Syllabub and Virginia ham at the Wythe House kitchen.
Ask anyone who has been there. Williamsburg is history, having become almost synonymous with its biggest industry, the Colonial Williamsburg Foundation. No visitor can forget the sights, sounds, and smells of the restored/reconstructed city which once hosted Virginia’s colonial capitol. Here colonial architecture provides the setting for carriages and costumes, tradesmen and taverns, fifes and foods.
Colonial Williamsburg is Virginia’s flagship living history museum. One of the primary reasons for this preeminence, in a land buzzing with living history museums and working pioneer farms, is Williamsburg’s creative interpretation of colonial foodways. In turn, the success of the creative food programs in Colonial Williamsburg can be largely attributed to Rosemary Brandau, manager of historic food programs, and her staff, who diligently research 18th-century cookbooks, household inventories, diaries, etc., to discover how early Virginians prepared, preserved, and served food. To exhibit what they learn, Brandau and her four-member historic food programs team utilize the 18th-century demonstration kitchens. The restored taverns which serve meals to visitors also reflect research by Brandau and others in the Historic Trades Department.
Rosemary Brandau, manager of historic food programs for the Colonial Williamsburg Foundation.
Brandau, a native of Georgia and former Atlanta schoolteacher, has worked at Colonial Williamsburg for seven years. She majored in home economics in college, specializing in textiles and clothing. One summer’s work at Colonial Williamsburg “was my first experience in the museum world,” she relates. “I couldn’t believe people got paid for doing it, it was such fun.” Before long Brandau moved to Tidewater Virginia and derived the benefits of on-the-job learning and training at Colonial Williamsburg. “I don’t know of any [college] where you can go to study culinary history and techniques,” the food historian remarked. Brandau’s responsibilities run the gamut from conducting hog butchering demonstrations to arranging correct dining table settings at the Governor’s Palace. Six days a week Brandau and her staff cook foods in the functioning kitchen restorations. (To find out what foods are being prepared at the Governor’s Palace kitchen and the Wythe House kitchen, a tourist can check the Visitors Companion newspaper.)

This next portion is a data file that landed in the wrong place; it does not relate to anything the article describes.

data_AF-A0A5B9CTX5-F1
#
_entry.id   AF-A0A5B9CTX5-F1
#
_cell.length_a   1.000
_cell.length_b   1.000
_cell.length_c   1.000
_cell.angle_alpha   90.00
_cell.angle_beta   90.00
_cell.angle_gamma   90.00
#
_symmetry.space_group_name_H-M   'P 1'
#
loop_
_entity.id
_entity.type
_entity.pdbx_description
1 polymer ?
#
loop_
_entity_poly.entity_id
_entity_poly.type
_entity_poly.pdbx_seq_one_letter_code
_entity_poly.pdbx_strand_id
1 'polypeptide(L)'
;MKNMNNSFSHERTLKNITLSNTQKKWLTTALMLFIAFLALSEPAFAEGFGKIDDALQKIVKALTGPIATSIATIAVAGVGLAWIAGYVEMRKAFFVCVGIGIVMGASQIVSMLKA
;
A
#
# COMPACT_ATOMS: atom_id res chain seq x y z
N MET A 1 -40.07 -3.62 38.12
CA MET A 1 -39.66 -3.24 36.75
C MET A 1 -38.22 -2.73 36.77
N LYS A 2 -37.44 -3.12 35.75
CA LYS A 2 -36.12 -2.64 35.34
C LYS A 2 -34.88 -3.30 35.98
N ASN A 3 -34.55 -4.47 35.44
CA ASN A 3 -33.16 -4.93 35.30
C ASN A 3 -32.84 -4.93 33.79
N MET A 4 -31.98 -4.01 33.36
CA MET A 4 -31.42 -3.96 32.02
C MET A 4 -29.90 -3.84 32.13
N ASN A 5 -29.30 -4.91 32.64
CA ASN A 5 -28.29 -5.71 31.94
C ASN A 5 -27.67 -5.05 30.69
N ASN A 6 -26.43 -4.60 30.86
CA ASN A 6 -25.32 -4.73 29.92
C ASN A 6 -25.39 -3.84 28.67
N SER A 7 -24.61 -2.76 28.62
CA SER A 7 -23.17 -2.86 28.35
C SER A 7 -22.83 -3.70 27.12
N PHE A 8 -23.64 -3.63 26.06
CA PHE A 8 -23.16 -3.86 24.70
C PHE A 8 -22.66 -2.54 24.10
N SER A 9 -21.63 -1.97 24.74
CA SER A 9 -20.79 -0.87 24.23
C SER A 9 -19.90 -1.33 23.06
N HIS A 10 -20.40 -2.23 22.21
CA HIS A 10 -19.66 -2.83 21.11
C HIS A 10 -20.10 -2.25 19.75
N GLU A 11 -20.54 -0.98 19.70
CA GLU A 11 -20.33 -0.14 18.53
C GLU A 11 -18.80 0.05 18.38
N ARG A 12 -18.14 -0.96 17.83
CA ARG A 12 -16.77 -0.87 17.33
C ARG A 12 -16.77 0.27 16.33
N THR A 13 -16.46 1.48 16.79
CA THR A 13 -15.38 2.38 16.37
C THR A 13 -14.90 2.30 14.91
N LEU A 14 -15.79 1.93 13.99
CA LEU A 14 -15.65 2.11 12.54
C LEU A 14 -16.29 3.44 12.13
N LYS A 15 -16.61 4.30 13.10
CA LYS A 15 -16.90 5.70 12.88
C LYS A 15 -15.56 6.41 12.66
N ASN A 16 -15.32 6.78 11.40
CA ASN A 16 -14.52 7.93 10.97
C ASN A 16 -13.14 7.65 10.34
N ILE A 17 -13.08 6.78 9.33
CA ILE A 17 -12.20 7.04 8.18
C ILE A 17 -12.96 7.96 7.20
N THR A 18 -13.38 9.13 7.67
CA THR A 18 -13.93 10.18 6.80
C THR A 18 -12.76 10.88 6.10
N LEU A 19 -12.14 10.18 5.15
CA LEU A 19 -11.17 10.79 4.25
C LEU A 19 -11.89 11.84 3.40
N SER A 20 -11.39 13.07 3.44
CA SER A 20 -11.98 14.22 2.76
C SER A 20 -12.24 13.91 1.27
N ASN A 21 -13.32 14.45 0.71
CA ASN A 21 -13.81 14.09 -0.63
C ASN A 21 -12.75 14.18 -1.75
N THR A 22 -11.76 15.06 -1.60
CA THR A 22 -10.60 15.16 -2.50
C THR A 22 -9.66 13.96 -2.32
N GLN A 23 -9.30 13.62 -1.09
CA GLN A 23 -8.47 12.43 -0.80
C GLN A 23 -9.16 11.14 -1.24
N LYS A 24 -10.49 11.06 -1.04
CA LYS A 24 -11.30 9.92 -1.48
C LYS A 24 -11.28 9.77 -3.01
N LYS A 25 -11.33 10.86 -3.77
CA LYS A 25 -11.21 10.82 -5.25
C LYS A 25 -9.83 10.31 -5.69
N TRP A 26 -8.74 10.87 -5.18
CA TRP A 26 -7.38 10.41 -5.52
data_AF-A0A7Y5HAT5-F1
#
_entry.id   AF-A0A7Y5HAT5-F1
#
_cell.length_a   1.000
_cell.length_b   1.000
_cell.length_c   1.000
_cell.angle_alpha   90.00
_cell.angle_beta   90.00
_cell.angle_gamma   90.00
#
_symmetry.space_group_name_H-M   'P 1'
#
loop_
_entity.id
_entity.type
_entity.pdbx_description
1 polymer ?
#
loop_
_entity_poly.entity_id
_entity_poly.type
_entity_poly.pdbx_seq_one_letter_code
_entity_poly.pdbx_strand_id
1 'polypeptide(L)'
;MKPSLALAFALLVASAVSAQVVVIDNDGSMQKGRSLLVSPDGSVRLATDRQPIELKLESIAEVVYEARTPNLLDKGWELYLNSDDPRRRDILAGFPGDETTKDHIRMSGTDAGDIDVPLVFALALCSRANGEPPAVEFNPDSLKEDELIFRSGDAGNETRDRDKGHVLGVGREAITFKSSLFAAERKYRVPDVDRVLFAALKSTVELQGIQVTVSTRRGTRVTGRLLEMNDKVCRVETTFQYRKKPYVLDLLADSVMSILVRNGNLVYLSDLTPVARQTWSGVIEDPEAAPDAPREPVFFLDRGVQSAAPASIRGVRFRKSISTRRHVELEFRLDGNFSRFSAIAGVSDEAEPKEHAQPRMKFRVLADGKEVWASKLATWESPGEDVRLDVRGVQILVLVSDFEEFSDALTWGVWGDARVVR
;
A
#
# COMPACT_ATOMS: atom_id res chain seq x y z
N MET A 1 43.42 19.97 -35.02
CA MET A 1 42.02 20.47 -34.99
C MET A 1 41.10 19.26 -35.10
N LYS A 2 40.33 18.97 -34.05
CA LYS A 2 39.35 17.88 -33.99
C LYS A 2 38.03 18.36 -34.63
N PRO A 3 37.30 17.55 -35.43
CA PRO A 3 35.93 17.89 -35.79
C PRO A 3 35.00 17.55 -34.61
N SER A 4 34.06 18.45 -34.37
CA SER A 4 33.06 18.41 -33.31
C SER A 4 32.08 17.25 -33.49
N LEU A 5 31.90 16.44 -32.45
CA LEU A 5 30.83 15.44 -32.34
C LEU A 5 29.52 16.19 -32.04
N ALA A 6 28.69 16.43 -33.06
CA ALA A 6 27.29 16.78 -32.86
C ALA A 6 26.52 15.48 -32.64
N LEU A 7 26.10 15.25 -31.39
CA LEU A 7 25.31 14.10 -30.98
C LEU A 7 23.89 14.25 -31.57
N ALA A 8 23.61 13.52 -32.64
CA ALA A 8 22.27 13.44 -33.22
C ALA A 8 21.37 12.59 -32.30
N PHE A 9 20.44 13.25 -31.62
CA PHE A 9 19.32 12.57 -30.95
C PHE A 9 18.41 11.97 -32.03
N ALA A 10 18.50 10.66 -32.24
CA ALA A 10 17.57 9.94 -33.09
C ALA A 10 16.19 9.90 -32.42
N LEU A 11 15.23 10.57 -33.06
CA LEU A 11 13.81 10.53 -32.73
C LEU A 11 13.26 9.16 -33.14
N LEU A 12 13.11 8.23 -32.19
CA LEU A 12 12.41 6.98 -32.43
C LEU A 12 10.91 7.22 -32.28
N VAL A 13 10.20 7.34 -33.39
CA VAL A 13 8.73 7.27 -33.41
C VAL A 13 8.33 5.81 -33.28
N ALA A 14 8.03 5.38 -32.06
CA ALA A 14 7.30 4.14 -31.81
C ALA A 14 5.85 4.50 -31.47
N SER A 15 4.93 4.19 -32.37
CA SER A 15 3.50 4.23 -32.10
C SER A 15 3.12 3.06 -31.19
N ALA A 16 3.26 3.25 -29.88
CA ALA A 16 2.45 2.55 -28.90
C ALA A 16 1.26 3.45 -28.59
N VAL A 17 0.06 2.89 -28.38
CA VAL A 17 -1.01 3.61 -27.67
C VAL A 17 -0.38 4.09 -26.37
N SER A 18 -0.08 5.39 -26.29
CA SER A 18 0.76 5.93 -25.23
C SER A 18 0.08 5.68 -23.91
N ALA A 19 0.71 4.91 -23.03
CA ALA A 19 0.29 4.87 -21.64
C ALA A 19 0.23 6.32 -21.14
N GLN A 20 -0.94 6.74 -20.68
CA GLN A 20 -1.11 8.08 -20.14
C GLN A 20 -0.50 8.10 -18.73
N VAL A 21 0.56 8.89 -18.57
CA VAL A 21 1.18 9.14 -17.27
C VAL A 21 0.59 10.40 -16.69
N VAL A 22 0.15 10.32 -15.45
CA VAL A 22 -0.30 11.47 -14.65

Due to health department regulations, the old-fashioned foods cooked in view of the public cannot be sampled by the spectators, and some of the appetizing-looking foods set out are actually especially-made synthetic foods. However, much of the food is quite real. “One of the most curious things that we do — we always get ‘oohs’ and ‘oh-no’s’ — is preparing rabbits and poultry with their heads and feet still attached,” observes Brandau. “Not only do we cook it that way, it would have been served that way.”
Elaine Shirley (livestock husbandry specialist for the Colonial Williamsburg Foundation) and Nora (Red Devon).